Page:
Buxom Cakes and Homemade Sin: A Review of Death By Chocolate Cakes by Marcel Desaulniers

Reviewed by Nancy Allison

Death By Chocolate Cakes: An Astonishing Array of Chocolate Enchantments
by Marcel Desaulniers
HarperCollins
2000

Got a mocha jones? With this seductive cake-book for chocophiles, Marcel Desaulniers, executive chef, restaurateur and award-winning cookbook author, supplies all the knowledge you’ll need to halt the craving–at least for a while. Don’t know your spatula from your Sachertorte? Don’t worry. Desaulniers makes baking your own gâteaux look as easy as pie in this beautifully photographed book of buxom cakes and homemade sin.

He’s known as the Guru of Ganache. Some call him Dr. Chocolate–and wish he made house calls. As serious as he is about chocolate, (and he is serious: this is cookbook number three in his Death by Chocolate and Desserts to Die For series) Desaulniers is certainly the funniest chef in print. Every recipe comes with a “Chef’s Touch,” a few paragraphs of wit and wisdom about how best to make the cake, what to snort along with it (Marcel favors a chocolate-flavored Russian vodka), a bit of the history behind the recipe, and how best to handle its delicate parts.

Desaulniers’ prose is nearly as seductive as his way with chocolate. No pedantic, chef-on-high stuff here: Desaulniers writes about baking with a wayward grin, assuring us that cake is not only food for the gods, but that it is, after all, just cake. Made in kitchens just like ours, with chocolate bought in the local grocery, using “conventional” bake ware and regular (not restaurant) ovens, Desaulniers’ cakes are ones we really can bake ourselves.

Winner of James Beard’s Outstanding Pastry Chef Award, Desaulniers nonetheless claims that he is not a pastry chef. Maybe there’s hope for you and me, then. Especially if we, too, can have the help of bona fide pastry chefs Brett and Kelly Bailey, co-conspirators with Desaulniers in creating the perfect love triangle: chocolate, chocolate and chocolate.

The man is thoroughly smitten, and doesn’t mind admitting it, with ganache. Read this book and you will soon be, too. You might not name your kitchen-cum-studio after it, print it on your license plates or make it your e-mail address, but given half a chance and Marcel’s easy instructions, you’ll be making deep dark chocolate truffles in no time flat. Even if you’re only semi dab-handed, the Guru of Ganache will gently take it, and lead you through the whole decadent process step by sinful step.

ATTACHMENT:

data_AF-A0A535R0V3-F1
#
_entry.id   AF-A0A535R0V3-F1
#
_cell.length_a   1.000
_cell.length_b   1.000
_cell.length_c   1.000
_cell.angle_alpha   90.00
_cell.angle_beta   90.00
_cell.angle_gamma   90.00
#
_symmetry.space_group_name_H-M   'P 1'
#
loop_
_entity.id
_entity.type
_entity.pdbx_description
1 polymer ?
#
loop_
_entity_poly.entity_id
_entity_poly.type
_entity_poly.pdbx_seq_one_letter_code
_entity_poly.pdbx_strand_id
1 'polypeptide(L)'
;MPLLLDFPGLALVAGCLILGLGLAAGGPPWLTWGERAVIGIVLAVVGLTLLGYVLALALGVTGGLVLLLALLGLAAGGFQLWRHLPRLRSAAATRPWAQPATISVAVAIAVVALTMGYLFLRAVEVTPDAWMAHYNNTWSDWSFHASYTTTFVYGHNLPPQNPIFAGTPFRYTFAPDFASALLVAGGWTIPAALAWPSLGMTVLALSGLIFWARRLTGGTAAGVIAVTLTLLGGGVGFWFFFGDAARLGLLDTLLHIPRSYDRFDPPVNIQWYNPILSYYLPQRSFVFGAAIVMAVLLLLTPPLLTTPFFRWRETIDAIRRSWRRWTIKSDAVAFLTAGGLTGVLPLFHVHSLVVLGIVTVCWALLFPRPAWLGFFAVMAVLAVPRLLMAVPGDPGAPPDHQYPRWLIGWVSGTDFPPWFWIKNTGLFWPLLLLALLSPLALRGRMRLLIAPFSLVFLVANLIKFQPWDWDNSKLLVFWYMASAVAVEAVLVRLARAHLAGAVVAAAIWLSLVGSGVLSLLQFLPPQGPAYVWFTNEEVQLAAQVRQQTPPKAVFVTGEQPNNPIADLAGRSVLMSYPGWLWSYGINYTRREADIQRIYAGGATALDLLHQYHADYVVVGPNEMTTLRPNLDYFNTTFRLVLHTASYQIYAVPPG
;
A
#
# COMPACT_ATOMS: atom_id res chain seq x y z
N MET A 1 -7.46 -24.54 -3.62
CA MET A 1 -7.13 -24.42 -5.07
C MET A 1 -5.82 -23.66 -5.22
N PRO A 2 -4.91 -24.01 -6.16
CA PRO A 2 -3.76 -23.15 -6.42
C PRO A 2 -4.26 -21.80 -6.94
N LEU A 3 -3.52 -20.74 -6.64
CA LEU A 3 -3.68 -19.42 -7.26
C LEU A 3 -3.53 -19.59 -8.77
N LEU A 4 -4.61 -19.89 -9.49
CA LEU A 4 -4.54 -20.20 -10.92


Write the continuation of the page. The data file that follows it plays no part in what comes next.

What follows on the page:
Desaulniers is a flirt, no question. Even if his “”My Little Kumquat” cake (ginger-macadamia topped with chocolate kumquat mousse) WAS concocted for his wife, you might find yourself wondering what it would be like to wake in the wee hours to find him in the kitchen assembling the “Midnight Truffle Cake” just for you…Especially when Desaulniers cheekily advises that those who feel the need to don gloves (when it comes time to roll the ganache into delightful fudge-y balls) must go right ahead, making it quite clear that he prefers the bare-handed approach, himself.

But sex is only part of the equation when it comes to chocolate, and Desaulniers twigs to this. Much of the book harks back to childhood and the cakes that his mother (“Mrs. D.”) made when Desaulniers was a boy. But the section called “Mom’s Cakes” isn’t rich in childhood memory only for the chef: he tells the tales behind his colleagues’ recipes (handed down from grandmothers, aunts, mothers-in-law, and just plain mums) too. And what a fine raconteur he is, giving every cake a story, opening a tiny window into other lives that makes the recipes all the sweeter.

Unlike so many chef-written cookbooks, Death by Chocolate Cakes is personal. Not only does Desaulniers share with us the tools and tips gained through nearly 40 years of experience and training, he gives something much more interesting and rich: a peek into his world and the humor that pervades it.

Such open-hearted writing makes even reluctant bakers want to try their luck. In Desaulniers’ hands, the sky-high, celebration, mini, maxi, sexy, chocolate cake, that product of skill, generosity and dare I say it, love, is more than just a good thing to eat.

Desaulniers’ recipe for “quintessential chocolate ganache” the glorious, gooey stuff which he uses in so many tempting ways throughout the book, is reprinted here for all you chocolate-loving compulsive readers. Indulge!

Ganache Ingredients
8 ounces semisweet baking chocolate, coarsely chopped
3/4-cup heavy cream

Go Ganache!
Place 8 ounces chopped semisweet chocolate in a small bowl. Heat 3/4-cup heavy cream in a small saucepan over medium heat. Bring to a boil. Pour the boiling cream over the chopped chocolate. Set aside for 5 minutes and then stir with a whisk until smooth. [At this point, you can use the ganache to ice your already prepared and cooled cake layers. Or, to make truffles, continue as follows:]

Pour the mixture onto a non-stick baking sheet and use a rubber spatula to spread the ganache in a smooth, even layer to within about 1 inch of the inside edges. Place the ganache in the freezer for 15 minutes, or in the refrigerator for 30 minutes, until very firm to the touch.

Line a 10- to 12-inch dinner plate with parchment paper or wax paper. Remove the firm ganache from the freezer or the refrigerator. Portion 12 heaping tablespoons (a bit more than 1 ounce each) of ganache onto the paper. Individually roll each portion of ganache in your palms in a circular motion, using just enough gentle pressure to form a smooth orb.

About the Reviewer: Native Marylander Nancy Allison lives in New York, where she hunts up stories on food, books, people and plants for Bon Appetit, Writer’s Digest, Herb Companion, Chesapeake Bay, Sandlapper, Lake Murray, Skirt, and Herbs for Health magazines.

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